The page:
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New Film Uses Archive Documents to Help Re-Examine Mosaddeq’s Overthrow, and More: FRINFORMSUM 8/21/2020

August 21, 2020

COUP 53: New Documentary on Overthrow of Iran’s Mosaddeq

COUP 53, a new documentary that includes declassified documents obtained by the National Security Archive to help re-examine the overthrow of Mohammad Mosaddeq in 1953, opens for virtual release today. One of the revelations included in the film is that Britain’s Secret Intelligence Service – MI6 – took part in the 1953 kidnapping of the chief of police of Tehran, Iran. Norman Darbyshire, who helped plan the overthrow of Mohammad Mosaddeq on August 19, 1953, made the disclosure about the kidnapping in an interview for the Granada Television series End of Empire that aired in 1985. But Darbyshire’s account never made it into the series and disappeared for more than three decades until it was obtained – from Mosaddeq’s grandson – by COUP 53 director Taghi Amirani. (The transcript is available in its entirety on the Archive’s website.)

Read more about the documentary, and the documents behind it, here.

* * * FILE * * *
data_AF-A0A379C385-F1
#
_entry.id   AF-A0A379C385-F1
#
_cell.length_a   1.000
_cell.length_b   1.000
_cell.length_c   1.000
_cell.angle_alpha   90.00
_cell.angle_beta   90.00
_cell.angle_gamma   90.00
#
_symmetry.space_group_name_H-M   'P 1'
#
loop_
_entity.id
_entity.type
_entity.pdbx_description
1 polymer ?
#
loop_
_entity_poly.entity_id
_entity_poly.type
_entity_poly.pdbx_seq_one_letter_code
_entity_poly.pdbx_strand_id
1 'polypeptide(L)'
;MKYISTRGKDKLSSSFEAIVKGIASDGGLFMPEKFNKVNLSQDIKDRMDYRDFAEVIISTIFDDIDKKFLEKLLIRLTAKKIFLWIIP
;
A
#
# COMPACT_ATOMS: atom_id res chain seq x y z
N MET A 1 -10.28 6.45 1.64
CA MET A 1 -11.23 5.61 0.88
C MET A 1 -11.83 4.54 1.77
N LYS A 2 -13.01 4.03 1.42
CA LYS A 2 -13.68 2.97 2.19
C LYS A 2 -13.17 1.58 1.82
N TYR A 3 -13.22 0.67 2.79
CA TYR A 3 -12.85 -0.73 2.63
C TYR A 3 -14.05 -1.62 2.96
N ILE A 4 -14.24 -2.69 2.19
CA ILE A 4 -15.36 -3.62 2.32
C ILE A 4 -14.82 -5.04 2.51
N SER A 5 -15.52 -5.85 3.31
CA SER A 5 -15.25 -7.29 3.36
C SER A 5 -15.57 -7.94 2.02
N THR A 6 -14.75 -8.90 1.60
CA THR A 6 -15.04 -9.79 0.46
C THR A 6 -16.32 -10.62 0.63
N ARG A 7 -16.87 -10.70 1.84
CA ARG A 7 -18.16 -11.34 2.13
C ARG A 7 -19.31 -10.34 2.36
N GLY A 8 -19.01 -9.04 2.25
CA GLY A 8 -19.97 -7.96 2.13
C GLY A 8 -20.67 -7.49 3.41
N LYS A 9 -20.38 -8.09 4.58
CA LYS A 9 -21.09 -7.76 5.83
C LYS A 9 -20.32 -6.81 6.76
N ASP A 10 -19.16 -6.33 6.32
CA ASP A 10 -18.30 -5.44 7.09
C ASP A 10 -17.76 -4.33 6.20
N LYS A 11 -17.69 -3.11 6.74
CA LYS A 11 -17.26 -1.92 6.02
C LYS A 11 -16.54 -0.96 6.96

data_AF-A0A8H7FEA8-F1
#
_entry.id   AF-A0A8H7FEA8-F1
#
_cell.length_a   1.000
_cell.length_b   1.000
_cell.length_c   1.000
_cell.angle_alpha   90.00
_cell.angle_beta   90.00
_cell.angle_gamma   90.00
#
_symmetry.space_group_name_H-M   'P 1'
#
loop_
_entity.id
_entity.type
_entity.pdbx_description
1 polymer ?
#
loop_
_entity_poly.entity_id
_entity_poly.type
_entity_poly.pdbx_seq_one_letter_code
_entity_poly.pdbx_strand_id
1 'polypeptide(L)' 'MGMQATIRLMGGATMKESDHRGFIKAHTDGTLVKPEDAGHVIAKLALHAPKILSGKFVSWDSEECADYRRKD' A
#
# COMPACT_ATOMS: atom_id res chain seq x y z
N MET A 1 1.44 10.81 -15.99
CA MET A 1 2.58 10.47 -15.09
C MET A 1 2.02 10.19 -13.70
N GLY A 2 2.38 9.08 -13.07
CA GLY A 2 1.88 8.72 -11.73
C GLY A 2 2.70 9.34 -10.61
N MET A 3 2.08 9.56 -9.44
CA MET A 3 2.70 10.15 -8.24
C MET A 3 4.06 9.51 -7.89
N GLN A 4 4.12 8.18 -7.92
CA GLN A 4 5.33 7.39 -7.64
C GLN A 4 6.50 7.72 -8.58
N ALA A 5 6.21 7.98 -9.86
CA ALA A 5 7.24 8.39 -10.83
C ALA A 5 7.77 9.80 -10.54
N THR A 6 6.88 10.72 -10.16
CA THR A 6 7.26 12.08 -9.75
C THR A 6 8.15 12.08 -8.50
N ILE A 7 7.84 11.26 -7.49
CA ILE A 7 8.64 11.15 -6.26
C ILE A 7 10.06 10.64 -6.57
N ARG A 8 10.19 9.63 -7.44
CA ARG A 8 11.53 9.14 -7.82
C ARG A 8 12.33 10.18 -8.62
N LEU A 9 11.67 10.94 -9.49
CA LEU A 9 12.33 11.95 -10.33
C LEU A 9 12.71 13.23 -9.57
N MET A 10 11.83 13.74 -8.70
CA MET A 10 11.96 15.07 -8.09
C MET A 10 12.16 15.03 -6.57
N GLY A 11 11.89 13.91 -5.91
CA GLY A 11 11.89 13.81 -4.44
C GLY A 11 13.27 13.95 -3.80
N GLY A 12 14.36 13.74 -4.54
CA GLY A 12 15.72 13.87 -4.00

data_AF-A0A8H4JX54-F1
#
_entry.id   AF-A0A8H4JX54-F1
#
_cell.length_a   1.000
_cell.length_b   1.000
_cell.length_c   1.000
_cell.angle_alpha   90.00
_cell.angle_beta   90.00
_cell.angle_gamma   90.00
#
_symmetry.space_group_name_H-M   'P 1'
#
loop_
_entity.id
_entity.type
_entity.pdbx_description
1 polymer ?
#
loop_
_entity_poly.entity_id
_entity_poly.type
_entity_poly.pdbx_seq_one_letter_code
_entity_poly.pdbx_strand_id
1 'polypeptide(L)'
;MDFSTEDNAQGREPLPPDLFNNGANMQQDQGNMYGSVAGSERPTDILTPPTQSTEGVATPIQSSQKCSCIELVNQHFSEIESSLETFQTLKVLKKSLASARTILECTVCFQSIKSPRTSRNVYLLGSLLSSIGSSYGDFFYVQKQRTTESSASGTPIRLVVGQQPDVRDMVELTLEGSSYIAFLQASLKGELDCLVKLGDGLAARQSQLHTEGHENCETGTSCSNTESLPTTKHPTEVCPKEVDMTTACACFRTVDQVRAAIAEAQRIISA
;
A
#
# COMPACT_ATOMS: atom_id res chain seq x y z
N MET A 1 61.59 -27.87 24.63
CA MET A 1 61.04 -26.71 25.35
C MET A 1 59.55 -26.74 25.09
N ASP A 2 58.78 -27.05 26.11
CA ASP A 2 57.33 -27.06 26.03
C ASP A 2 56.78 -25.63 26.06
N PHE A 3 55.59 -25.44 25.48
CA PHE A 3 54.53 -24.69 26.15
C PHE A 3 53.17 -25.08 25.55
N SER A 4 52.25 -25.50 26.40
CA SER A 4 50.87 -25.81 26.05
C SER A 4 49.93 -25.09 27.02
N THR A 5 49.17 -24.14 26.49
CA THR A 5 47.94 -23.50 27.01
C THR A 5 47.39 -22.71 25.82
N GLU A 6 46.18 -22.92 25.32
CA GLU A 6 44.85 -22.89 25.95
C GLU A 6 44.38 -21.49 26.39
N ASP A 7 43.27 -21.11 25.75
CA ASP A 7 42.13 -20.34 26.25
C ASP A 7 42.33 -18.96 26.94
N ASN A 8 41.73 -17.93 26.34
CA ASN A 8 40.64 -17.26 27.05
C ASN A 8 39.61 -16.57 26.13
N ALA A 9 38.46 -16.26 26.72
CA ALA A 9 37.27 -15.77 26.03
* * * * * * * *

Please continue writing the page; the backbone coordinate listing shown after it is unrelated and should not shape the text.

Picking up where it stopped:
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FOIA Shows Secret Service Wanted Tactical Aircraft to Monitor DC Protests

Secret Service documents obtained by American Oversight through the FOIA show that the agency sought tactical aircraft – complete with “fast rope” commando teams – to protect the White House during protests demanding accountability for the murder of George Floyd. The Secret Service requested the aircraft in a June 5 letter to Customs and Border Protection after protestors knocked down barricades surrounding the White House in late May. The letter was sent by the Secret Service’s Office of Protective Operations’ assistant director, Kimberly Cheatle, who said that the CBP’s Air and Marine Operations division’s “participation in the operational security plan is vital.” The Service ultimately determined that a plane was not necessary, but CBP did provide live information from a surveillance plane “so the Secret Service could track protesters’ movements near the White House and around the city.”

Judge Says White House Can’t Cite Executive Privilege to Hide Ukraine Docs

United States District Judge of the United States District Court for the District of Columbia, Amy Berman Jackson, ruled last week that the White House can’t cite executive privilege to hide 21 messages between White House aide Robert Blair and Office of Management and Budget official Michael Duffey concerning the halting of aid to Ukraine from a FOIA lawsuit. The New York Times filed the suit for the records last November, and in May Judge Jackson ordered the documents turned over to the court for an en camera review. After her review, Judge Jackson told government lawyers that their claims were “overly general” and that the declaration “appears to be based largely on Mr. Blair’s job title, the location of his office and what assistants to the president in general ‘often’ do. … That simply doesn’t cut it.”

FBI Apologizes for Tweeting Anti-Semitic Doc Without Context